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A new look at Africa's economy

Manuela Kasper-Claridge/hfMay 12, 2016

At the Africa meeting of the World Economic Forum (WEF), currently being held in Rwanda's capital Kigali, participants expressed their optimism about the continent's economic future, writes DW's Manuela Kasper-Claridge.

World Economic Forum in Ruanda
Image: World Economic Forum /Benedikt von Loebell

Why is it that there are 10 times as many negative news stories coming out of Africa as there are positive ones? Participants in a background talk on Thursday were at a loss, expressing views of a skewed global perception of Africa to biased or unfair media coverage of the continent.

The discussion about Africa's image in the world quickly turned emotional because the World Economic Forum participants were rejecting talking only about Africa's weaknesses. Rather, they wanted to focus on the continent's strengths, too.

The president of the African Development Bank (AfDB), Akinwumi Adesina, already sees the continent on a path toward the fourth industrial revolution. The bank has raised about $1billion to support training for Africa's young generation to ensure that there will be enough programmers and computer specialists in future.

Akinwumi Adesina
At the WEF meeting, African Development Bank president Akinwumi Adesina made a passionate plea for African leaders to open up their countries for more investment, trade and the free movement of people.Image: World Economic Forum/Benedikt von Loebell

The head of consulting firm McKinsey, Dominic Barton, noted that already today more than 700 African companies were generating annual revenues of more than $500 million each. Barton said he was convinced that in only a few years Africa would be "among the fastest growing regions in the world after Asia."

A continent of opportunities

Host country representatives, too, said they were optimistic about the continent's economic future.

"Africa is a continent of opportunities and partnerships," said Paul Kagame, Rwanda's president, at the opening of the World Economic Forum, adding that African countries could, however, develop its economic potential only together.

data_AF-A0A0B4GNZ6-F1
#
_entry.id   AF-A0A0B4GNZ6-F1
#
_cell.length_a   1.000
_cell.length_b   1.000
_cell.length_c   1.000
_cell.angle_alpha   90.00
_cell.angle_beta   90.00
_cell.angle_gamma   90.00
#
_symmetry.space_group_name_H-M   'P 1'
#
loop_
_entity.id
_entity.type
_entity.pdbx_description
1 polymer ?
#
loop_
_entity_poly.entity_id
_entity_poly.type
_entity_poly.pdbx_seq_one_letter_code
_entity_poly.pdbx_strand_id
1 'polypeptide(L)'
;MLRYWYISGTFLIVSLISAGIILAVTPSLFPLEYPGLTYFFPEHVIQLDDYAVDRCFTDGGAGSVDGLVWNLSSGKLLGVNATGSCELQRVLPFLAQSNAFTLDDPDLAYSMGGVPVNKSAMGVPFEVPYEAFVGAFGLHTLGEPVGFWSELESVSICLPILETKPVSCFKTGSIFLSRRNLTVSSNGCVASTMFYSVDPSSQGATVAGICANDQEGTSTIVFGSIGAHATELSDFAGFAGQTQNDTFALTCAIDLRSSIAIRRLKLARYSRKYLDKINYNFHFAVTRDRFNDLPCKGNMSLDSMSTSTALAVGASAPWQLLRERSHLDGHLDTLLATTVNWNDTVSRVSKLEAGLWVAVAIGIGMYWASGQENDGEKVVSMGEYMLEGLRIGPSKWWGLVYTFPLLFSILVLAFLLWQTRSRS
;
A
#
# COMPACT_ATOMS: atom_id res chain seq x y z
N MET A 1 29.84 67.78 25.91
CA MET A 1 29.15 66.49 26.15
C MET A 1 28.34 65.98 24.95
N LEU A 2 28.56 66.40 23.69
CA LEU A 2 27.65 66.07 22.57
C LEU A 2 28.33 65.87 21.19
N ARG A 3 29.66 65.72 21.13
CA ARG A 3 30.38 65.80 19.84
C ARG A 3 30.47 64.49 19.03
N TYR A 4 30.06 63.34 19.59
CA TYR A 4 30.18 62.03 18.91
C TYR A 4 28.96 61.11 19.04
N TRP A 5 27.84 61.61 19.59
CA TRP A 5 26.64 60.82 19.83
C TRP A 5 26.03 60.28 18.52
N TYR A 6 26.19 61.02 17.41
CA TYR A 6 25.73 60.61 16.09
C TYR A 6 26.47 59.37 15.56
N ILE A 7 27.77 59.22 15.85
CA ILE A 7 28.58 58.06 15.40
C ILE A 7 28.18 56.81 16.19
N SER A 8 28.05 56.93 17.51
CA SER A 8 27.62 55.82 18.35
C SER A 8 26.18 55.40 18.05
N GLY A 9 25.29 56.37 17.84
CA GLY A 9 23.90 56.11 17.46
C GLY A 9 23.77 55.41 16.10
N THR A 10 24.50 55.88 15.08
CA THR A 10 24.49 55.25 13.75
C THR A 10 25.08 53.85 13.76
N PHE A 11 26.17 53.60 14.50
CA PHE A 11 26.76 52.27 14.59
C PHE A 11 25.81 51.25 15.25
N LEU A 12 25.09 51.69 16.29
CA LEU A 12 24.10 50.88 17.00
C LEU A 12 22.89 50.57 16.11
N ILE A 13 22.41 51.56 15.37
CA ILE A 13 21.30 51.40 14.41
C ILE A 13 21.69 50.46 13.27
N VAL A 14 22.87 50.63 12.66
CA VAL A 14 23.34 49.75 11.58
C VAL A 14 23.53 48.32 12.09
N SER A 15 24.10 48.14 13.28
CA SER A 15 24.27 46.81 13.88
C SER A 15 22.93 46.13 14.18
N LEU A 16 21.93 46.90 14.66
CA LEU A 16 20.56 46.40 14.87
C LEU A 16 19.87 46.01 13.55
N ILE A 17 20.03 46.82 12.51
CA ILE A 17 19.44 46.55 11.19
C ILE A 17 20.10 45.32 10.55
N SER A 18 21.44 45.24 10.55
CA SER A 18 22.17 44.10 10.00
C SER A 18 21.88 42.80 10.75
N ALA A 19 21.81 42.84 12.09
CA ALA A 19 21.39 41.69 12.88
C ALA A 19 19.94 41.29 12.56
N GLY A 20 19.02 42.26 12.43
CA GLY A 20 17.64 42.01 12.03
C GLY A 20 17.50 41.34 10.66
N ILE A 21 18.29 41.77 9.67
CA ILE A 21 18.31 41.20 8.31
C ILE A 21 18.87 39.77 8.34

Paul Kagame
Rwandan president Paul Kagame is blazing the trail in cross-border cooperation, easing visa restrictions and expanding trade with neighboring countries like Uganda, Tanzania and Kenya.Image: World Economic Forum/Benedikt von Loebell

But as Rwanda certainly stands out with its efforts, officials at the WEF conference said many other countries were not yet making good use of the opportunities opening up through cross-border cooperation.

Describing Africa as the "least integrated continent in the world," AfDB president Adesina called on political leaders to allow for the free movement of people across borders. He also stressed the need for more scientists, better education systems and upgrading national infrastructures.

Internet for all

So where is the good news everyone's been talking about at the WEF meeting? Certainly, much of it can be found in the energy and power of young Africans, they agreed, as well as in applying state-of-the-art technology.

The WEF hopes to achieve this with an initiative called "Internet for all." In collaboration with private companies, the project aims to connect Africa to the web, notably its vast rural regions.

"Internet and broadband should be considered as a basic need, just like water and electricity. That is why we believe it's not a privilege, not a luxury - but that everybody should take part in the opportunities this new revolution presents," Rwanda's Minister of Youth and Technology, Jean Philbert Nsengimana, told DW.

4G internet in the countryside

And indeed, wherever you go in Rwanda's capital Kigali, these days can enjoy a decent internet connection. Soon, the speed of internet connection will be boosted the global 4G standard.

In the countryside though, the situation is still completely different and will require enormous investments to improve. Nevertheless, the government plans to raise the money needed through public-private partnerships with companies. At the same time, they want Internet access to remain affordable to the people, for which it plans to set up internet cafes and to subsidize private access at home.

The advantages of using mobile technologies are already visible seemingly everywhere in Africa, said Hans Kuipers, an analysts with Boston Consulting Group. "Africa leads the way when it comes to paying with the phone. Just look at Kenya. It is a prime example," he told DW. In Kenya, one out of two people was already using a mobile phone to make payments, and shopping on e-commerce platforms is expanding rapidly, he added.

young people
Young resourceful people are the wealth of Africa, but they need to be educated to make use of their potentials.Image: World Economic Forum/Benedikt von Loebell

Digital change

Not least because of that, the WEF meeting's motto "Connecting Africa's resources with digital transformation" is an apt one. And especially among the young conference participants you can often watch a glow in their eyes when they discuss the digital transformation and its opportunities.

Quite a few of them have already founded startup companies or are in the process of doing so. Some deal with digital health consulting, others are mere online shops.

At the premises of the WEF meeting, organizers have set up a traditional African village. Inside of the wooden huts, however, visitors can immerse themselves in different worlds of virtual reality - once more a graphic reminder that Africa's future will be digital.